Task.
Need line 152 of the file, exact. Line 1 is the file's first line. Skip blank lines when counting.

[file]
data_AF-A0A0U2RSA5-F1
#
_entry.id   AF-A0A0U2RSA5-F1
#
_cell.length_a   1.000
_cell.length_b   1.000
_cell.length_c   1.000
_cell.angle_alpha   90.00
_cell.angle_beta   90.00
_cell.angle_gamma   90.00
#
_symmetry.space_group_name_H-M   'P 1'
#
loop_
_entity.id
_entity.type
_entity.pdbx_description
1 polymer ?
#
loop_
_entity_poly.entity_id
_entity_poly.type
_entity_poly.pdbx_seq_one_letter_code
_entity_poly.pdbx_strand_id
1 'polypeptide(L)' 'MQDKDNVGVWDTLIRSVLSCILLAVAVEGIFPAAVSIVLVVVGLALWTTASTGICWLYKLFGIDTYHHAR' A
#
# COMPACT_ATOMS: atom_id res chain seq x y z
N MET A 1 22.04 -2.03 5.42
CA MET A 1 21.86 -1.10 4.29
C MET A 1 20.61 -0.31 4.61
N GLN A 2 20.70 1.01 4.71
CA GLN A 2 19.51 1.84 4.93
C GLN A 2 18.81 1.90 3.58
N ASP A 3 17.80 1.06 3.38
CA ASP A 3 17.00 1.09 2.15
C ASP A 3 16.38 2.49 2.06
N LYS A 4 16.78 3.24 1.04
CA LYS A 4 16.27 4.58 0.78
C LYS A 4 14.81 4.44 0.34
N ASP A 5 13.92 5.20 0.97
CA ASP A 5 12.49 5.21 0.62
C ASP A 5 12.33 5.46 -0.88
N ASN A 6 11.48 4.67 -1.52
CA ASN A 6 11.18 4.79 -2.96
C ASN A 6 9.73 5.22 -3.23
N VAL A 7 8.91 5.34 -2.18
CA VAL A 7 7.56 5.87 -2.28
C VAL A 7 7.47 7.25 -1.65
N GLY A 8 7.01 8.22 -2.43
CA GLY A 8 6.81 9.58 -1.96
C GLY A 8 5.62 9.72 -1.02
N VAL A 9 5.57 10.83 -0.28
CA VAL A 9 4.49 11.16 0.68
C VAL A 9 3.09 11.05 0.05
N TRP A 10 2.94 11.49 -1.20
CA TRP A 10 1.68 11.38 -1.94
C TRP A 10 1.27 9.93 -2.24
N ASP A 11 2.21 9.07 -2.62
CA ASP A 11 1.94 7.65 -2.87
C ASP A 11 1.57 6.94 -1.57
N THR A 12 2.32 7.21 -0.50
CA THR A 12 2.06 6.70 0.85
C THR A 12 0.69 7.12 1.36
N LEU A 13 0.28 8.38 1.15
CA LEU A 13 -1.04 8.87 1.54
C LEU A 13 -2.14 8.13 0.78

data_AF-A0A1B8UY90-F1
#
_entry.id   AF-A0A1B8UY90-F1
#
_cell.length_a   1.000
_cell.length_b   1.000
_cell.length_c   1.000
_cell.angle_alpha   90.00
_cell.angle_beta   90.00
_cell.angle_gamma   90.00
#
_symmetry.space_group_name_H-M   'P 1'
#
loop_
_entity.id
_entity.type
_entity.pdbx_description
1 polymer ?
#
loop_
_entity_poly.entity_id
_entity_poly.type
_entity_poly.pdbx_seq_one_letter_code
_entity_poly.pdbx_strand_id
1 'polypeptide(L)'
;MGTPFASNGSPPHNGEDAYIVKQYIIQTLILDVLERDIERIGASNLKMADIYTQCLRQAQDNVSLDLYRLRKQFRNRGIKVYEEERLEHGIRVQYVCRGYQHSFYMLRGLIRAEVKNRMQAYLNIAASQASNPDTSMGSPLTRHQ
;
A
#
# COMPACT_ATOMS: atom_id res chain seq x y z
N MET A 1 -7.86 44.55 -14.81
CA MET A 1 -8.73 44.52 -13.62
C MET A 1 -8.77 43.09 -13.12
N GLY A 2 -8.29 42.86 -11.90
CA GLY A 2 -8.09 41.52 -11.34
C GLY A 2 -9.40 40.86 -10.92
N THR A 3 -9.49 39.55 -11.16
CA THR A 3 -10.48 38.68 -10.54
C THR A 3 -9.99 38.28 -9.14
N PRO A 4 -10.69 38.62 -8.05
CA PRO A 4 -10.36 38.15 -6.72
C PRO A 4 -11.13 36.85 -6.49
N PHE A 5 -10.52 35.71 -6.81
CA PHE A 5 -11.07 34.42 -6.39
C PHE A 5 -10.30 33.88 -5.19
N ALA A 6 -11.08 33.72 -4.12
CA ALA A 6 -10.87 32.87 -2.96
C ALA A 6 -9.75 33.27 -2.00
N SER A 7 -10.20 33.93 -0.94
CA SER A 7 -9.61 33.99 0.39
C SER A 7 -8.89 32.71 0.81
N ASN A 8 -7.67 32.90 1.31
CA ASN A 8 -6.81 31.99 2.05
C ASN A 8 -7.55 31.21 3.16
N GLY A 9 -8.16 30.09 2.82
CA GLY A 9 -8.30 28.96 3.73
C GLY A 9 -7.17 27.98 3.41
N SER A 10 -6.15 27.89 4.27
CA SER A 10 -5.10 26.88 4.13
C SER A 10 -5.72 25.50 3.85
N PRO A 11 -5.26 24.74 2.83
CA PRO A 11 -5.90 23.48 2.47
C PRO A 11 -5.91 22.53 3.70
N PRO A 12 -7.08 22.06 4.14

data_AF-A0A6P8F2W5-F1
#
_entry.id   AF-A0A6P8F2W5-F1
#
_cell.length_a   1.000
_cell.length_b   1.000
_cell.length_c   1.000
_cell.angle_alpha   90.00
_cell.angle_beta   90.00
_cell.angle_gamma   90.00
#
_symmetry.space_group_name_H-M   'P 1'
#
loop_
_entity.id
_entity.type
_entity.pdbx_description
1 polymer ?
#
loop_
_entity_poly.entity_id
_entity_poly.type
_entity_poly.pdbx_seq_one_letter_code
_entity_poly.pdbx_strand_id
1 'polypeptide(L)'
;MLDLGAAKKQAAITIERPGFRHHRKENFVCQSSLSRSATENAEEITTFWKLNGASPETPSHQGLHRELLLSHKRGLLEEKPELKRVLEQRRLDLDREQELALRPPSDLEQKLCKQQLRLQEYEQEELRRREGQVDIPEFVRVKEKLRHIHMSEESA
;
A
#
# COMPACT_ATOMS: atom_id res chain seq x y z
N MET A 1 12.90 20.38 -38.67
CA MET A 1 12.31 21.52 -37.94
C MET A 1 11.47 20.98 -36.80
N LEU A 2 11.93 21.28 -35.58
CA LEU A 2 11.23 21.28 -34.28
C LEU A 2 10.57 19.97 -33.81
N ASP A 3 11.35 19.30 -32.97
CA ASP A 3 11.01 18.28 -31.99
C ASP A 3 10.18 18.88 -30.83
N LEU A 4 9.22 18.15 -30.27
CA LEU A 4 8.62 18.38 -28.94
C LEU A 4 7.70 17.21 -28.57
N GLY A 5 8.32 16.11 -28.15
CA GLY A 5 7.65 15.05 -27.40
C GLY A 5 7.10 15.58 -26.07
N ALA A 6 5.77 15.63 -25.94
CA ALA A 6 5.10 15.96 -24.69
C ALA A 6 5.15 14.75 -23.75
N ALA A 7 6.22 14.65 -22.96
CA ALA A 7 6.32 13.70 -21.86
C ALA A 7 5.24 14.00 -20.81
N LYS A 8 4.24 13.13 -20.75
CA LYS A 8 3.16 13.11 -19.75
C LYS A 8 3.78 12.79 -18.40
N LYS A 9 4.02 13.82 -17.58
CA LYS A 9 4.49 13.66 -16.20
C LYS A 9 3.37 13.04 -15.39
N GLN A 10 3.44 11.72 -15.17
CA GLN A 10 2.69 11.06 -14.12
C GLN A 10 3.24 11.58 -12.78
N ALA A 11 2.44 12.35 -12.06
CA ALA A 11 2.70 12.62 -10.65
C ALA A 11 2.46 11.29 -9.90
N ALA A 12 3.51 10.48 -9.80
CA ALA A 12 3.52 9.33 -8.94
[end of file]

_entity_poly.type